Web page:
Good Sam RV Insurance 500


Good Sam RV Insurance 500
Good Sam RV Insurance 500
Good-Sam-RV-Insurance-500.jpg
Venue Pocono Raceway
Sponsor Good Sam Club
First race 1974
Distance 500 miles (804.672 km)
Laps 200
Previous names Purolator 500 (1974-1976)

Coca-Cola 500 (1977-1980)

Mountain Dew 500 (1981-1982)

Like Cola 500 (1983-1984)

Summer 500 (1985-1987)

AC Spark Plug 500 (1988-1990)

Miller Genuine Draft 500 (1991-1995)

Miller 500 (1996)

Pennsylvania 500 (1997-2007)

Sunoco Red Cross Pennsylvania 500 (2008-2010)

Good Sam RV Insurance 500 (2011)

The Good Sam RV Insurance 500 is the second of two NASCAR Sprint Cup Series stock car races held at the Pocono Raceway in Long Pond, Pennsylvania, the other being the Pocono 500. Starting in 2007, the race was moved from its traditional July date into August, swapping dates with the Brickyard 400.

In 2008, Sunoco, the official NASCAR fuel supplier, based in Pennsylvania, and the Philadelphia region of the American Red Cross, agreed to sponsorship of the race and charity events to benefit the American Red Cross South Pennsylvania-Philadelphia region.[1] It marked the first time since 1996 that the event carried a title sponsor.

Camping World will take over title sponsorship of sponsorship through its Good Sam Club in 2011.[2]

On August 10, 2011, it was announced that the race would be shortened to 400 miles, beginning in 2012.[3]

Contents

Past winners

NASCAR/USAC Acme Super Saver 500 (exhibition race)

NASCAR

Year Date Driver Car Make Winner's Prize
(USD)
Distance
Laps/Miles(Km)
Average Speed
(mph)
Race Time
Purolator 500
1974 August 4 Richard Petty Dodge $17,000 192 / 480 (772.485) 115.593 4:09:09
1975 August 3 David Pearson Mercury $15,725 200 / 500 (804.672) 111.179 4:29:50
1976 August 1 Richard Petty Dodge $20,640 200 / 500 (804.672) 115.875 4:18:54
Coca-Cola 500
1977 July 31 Benny Parsons Chevrolet $15,475 200 / 500 (804.672) 128.379 3:53:41
1978 July 30 Darrell Waltrip Chevrolet $20,890 200 / 500 (804.672) 142.54 3:30:28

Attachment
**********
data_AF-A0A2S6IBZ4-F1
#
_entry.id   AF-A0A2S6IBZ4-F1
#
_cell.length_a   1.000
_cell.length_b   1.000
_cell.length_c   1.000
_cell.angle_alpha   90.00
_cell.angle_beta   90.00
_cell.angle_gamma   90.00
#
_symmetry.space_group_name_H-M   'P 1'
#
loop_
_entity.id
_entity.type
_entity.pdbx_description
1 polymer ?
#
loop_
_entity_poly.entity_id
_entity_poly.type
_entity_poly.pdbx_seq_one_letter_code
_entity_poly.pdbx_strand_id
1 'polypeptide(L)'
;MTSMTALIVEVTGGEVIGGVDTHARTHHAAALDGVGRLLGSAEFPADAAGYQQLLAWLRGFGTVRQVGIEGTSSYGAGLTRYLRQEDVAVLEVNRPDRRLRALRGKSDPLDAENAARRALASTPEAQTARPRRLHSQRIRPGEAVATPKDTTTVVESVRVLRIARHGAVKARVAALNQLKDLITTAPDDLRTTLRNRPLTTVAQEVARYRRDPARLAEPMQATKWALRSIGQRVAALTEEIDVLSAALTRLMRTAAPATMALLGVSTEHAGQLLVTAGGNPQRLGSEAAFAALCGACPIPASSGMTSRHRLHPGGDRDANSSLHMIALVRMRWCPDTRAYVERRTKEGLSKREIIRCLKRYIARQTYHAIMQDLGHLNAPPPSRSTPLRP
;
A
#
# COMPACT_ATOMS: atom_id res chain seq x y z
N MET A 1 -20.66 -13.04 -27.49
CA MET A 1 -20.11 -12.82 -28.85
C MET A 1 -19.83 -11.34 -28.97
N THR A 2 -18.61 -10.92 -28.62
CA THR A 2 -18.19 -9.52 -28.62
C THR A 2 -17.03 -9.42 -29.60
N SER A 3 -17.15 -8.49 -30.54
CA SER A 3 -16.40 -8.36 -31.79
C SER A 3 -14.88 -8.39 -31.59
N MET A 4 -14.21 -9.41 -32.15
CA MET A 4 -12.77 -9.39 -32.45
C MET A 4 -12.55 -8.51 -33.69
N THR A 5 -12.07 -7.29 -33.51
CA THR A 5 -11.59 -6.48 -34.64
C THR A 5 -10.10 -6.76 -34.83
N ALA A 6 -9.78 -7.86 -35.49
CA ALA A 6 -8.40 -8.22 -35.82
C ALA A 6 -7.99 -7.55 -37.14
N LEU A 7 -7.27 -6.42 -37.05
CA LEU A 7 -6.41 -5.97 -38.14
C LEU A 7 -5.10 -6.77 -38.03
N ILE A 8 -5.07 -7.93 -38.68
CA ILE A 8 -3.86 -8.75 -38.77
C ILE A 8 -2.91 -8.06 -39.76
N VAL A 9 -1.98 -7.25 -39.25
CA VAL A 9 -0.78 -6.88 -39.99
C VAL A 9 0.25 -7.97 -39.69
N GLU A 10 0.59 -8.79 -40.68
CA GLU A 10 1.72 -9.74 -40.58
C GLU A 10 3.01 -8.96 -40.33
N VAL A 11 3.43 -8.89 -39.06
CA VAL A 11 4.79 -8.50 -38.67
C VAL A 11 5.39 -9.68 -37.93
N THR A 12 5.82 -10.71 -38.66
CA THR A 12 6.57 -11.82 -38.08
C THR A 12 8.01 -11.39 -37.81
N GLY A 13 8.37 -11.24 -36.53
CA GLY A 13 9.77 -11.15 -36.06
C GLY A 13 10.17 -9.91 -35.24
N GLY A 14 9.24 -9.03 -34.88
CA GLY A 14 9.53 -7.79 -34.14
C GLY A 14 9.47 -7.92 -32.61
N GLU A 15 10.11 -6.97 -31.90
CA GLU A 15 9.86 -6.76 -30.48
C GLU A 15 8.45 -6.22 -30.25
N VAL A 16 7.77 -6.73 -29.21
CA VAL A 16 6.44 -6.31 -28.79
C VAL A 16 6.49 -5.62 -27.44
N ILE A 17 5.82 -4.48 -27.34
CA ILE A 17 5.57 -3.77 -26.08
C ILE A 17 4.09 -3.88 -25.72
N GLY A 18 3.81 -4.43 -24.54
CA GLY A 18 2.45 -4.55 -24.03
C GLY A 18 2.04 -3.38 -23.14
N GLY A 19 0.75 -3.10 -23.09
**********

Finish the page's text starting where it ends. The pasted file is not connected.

1979 July 30 Cale Yarborough Chevrolet $21,465 200 / 500 (804.672) 115.207 4:20:24
1980 July 27 Neil Bonnett Mercury $19,915 200 / 500 (804.672) 124.395 4:01:10
Mountain Dew 500
1981 July 26 Darrell Waltrip Buick $23,640 200 / 500 (804.672) 119.111 4:11:52
1982 July 25 Bobby Allison Buick $24,200 200 / 500 (804.672) 115.496 4:19:45
Like Cola 500
1983 July 24 Tim Richmond Pontiac $27,430 200 / 500 (804.672) 114.818 4:21:17
1984 July 22 Harry Gant Chevrolet $34,605 200 / 500 (804.672) 121.351 4:07:21
Summer 500
1985 July 21 Bill Elliott Ford $41,750 200 / 500 (804.672) 134.008 3:43:52
1986 July 20 Tim Richmond Chevrolet $46,805 150 / 375 (603.504) 124.218 3:01:08
1987 July 19 Dale Earnhardt Chevrolet $55,875 200 / 500 (804.672) 121.745 4:06:25
AC Spark Plug 500
1988 July 24 Bill Elliott Ford $53,200 200 / 500 (804.672) 122.866 4:04:10
1989 July 23 Bill Elliott Ford $58,400 200 / 500 (804.672) 117.847 4:14:34
1990 July 22 Geoffrey Bodine Ford $58,500 200 / 500 (804.672) 124.07 4:01:48
Miller Genuine Draft 500
1991 July 21 Rusty Wallace Pontiac $34,100 179 / 447.5 (720.181) 115.459 3:52:33
1992 July 19 Darrell Waltrip Chevrolet $63,445 200 / 500 (804.672) 134.058 3:43:47
1993 July 18 Dale Earnhardt Chevrolet $66,795 200 / 500 (804.672) 133.343 3:44:59
1994 July 17 Geoffrey Bodine Ford $103,270 200 / 500 (804.672) 136.075 3:40:28
1995 July 16 Dale Jarrett Ford $72,970 200 / 500 (804.672) 134.038 3:43:49
Miller 500
1996 July 21 Rusty Wallace Ford $59,165 200 / 500 (804.672) 144.892 3:27:03
Pennsylvania 500
1997 July 20 Dale Jarrett Ford $104,570 200 / 500 (804.672) 142.068 3:31:10
1998 July 26 Jeff Gordon Chevrolet $162,770 200 / 500 (804.672) 134.66 3:42:47
1999 July 25 Bobby Labonte Pontiac $139,385 200 / 500 (804.672) 116.982 4:16:27
2000 July 23 Rusty Wallace Ford $125,745 200 / 500 (804.672) 130.662 3:49:36
2001 July 29 Bobby Labonte Pontiac $189,427 200 / 500 (804.672) 134.59 3:42:54
2002 July 28 Bill Elliot Dodge $193,401 175 / 437.5 (704.088) 125.809 3:28:39
2003 July 27 Ryan Newman Dodge $180,575 200 / 500 (804.672) 127.705 3:54:55
2004 August 1 Jimmie Johnson Chevrolet $276,950 200 / 500 (804.672) 126.271 3:57:35
2005 July 24 Kurt Busch Ford $261,275 203 / 507.5 (816.742) 125.283 4:03:03
2006 July 23 Denny Hamlin Chevrolet $230,100 200 / 500 (804.672) 132.626 3:46:12
2007 August 5 Kurt Busch Dodge $212,108 200 / 500 (804.672) 131.627 3:47:55
Sunoco Red Cross Pennsylvania 500
2008 August 3 Carl Edwards Ford $241,875 200 / 500 (804.672) 130.567 3:49:46
2009 August 3 Denny Hamlin Toyota $238,798 200 / 500 (804.672) 138.515 3:57:21
2010 August 1 Greg Biffle Ford $205,850 200 / 500 (804.672) 132.246 3:46:51
Good Sam RV Insurance 500
2011 August 7 Brad Keselowski Dodge $201,408 200 / 500 (804.672) 137.878 3:37:35
  • 1974 & 1991: Race shortened due to rain.
  • 1979 & 2009: Race postponed from Sunday to Monday due to rain.
  • 1986: Race shortened to due to rain and heavy fog.
  • 2002: Race shortened to due to darkness and incoming rain after two lengthy red flags (one for track repair, the second for rain).